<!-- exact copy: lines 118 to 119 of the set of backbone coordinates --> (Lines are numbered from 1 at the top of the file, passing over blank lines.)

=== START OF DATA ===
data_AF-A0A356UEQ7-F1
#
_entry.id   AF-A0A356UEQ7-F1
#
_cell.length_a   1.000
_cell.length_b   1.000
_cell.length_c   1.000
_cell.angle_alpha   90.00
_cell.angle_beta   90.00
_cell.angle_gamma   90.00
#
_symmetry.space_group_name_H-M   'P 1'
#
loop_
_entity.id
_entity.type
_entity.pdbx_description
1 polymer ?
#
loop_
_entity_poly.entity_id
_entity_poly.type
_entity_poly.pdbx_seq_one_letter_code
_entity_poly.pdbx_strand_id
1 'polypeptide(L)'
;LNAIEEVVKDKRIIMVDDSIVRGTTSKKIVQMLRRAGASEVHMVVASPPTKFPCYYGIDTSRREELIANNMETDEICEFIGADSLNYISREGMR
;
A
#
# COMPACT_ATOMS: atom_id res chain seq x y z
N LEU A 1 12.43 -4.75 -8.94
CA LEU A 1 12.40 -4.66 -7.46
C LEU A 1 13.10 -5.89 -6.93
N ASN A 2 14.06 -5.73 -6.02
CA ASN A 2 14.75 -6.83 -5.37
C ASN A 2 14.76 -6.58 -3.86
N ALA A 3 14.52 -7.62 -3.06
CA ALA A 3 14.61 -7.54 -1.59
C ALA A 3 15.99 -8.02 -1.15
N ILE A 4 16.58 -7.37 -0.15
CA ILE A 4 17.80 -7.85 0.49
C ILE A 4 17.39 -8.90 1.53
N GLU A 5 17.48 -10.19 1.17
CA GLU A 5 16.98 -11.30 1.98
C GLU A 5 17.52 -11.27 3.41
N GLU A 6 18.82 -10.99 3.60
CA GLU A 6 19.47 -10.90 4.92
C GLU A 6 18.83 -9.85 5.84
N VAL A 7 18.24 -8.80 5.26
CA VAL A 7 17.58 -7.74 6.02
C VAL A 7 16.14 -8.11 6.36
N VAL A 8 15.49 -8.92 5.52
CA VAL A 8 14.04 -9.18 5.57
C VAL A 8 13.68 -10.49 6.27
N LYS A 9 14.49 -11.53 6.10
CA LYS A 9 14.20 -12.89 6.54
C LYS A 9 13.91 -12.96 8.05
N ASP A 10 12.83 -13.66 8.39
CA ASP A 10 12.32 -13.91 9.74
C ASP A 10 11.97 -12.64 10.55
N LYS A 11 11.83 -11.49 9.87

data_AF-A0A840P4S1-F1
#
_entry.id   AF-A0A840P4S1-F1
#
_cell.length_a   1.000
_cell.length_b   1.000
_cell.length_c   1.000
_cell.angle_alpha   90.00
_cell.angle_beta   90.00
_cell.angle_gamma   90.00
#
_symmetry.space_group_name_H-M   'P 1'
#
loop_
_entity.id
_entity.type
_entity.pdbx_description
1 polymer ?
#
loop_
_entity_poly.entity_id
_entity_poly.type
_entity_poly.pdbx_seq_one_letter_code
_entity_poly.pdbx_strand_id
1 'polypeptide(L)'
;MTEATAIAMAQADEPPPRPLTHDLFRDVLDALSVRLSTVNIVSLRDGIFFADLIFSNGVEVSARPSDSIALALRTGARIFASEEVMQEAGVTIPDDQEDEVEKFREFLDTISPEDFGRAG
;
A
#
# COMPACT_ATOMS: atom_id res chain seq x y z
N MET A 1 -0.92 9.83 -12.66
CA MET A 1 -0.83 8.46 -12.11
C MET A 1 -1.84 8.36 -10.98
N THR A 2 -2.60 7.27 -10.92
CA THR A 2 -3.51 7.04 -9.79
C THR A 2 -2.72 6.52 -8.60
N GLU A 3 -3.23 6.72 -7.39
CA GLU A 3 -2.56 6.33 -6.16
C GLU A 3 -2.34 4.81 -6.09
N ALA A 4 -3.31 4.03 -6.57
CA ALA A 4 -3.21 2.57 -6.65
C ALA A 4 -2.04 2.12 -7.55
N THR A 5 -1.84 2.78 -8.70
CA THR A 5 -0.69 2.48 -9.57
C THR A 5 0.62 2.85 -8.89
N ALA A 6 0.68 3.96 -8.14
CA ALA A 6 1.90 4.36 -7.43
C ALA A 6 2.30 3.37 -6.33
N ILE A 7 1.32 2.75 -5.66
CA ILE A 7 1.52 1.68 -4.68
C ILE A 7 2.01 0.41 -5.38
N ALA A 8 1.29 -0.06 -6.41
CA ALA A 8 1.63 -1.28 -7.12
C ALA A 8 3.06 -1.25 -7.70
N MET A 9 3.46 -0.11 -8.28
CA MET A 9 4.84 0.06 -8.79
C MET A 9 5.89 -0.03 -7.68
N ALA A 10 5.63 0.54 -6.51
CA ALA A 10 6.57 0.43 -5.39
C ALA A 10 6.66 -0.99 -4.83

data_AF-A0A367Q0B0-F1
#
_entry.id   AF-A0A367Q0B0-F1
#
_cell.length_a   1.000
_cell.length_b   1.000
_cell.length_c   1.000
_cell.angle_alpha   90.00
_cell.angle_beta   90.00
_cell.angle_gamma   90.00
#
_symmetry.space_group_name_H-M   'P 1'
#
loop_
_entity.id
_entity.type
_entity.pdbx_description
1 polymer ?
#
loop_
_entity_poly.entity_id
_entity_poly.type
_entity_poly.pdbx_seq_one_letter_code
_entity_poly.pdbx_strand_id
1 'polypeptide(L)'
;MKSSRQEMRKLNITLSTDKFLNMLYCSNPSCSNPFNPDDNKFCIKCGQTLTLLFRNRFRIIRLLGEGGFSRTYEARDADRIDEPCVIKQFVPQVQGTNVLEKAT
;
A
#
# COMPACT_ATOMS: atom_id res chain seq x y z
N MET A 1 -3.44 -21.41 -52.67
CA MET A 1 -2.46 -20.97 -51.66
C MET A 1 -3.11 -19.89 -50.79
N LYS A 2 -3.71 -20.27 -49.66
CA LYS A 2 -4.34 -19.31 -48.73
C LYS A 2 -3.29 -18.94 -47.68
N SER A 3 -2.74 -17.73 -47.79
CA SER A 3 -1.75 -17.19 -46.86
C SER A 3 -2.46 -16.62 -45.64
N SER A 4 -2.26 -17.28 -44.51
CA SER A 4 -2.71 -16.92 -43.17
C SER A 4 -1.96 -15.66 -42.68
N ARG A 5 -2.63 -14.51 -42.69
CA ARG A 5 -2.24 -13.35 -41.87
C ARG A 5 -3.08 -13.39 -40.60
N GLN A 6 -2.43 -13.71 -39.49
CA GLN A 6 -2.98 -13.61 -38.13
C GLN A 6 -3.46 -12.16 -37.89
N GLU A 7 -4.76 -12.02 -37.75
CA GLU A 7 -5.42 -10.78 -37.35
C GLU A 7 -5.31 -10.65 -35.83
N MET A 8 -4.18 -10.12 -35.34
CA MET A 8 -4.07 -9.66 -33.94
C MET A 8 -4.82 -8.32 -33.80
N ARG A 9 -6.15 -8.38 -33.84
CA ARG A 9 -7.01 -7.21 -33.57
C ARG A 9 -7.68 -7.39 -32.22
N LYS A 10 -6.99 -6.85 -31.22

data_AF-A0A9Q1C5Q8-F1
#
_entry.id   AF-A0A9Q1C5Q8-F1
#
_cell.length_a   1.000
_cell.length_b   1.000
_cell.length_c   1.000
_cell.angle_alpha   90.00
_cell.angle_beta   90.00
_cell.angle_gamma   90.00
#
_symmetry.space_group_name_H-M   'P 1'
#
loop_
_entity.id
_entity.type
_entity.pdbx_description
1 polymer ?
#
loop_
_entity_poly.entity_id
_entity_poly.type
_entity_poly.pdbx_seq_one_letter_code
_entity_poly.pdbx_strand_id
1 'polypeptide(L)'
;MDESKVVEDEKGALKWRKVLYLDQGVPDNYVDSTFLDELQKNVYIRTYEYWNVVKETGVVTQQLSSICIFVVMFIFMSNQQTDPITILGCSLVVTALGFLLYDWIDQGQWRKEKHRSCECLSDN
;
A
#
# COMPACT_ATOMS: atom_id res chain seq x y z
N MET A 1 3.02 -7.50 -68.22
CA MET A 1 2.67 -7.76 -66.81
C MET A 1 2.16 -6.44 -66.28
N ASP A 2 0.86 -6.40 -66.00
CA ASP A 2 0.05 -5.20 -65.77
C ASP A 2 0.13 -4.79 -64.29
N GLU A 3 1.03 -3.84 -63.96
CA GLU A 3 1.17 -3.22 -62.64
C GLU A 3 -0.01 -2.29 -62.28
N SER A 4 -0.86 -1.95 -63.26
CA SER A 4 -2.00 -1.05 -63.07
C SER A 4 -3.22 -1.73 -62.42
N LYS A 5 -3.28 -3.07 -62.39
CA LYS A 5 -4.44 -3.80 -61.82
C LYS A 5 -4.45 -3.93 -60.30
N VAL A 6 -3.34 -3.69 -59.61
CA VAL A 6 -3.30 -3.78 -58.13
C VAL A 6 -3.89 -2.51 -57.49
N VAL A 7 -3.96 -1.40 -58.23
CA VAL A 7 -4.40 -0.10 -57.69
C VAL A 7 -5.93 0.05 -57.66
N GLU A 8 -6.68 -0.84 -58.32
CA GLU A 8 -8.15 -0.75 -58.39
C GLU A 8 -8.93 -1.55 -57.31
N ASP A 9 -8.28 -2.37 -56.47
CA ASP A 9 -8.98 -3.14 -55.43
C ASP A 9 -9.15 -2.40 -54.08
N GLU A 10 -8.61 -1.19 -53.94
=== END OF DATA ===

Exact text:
C MET A 9 5.89 -0.03 -7.68
N ALA A 10 5.63 0.54 -6.51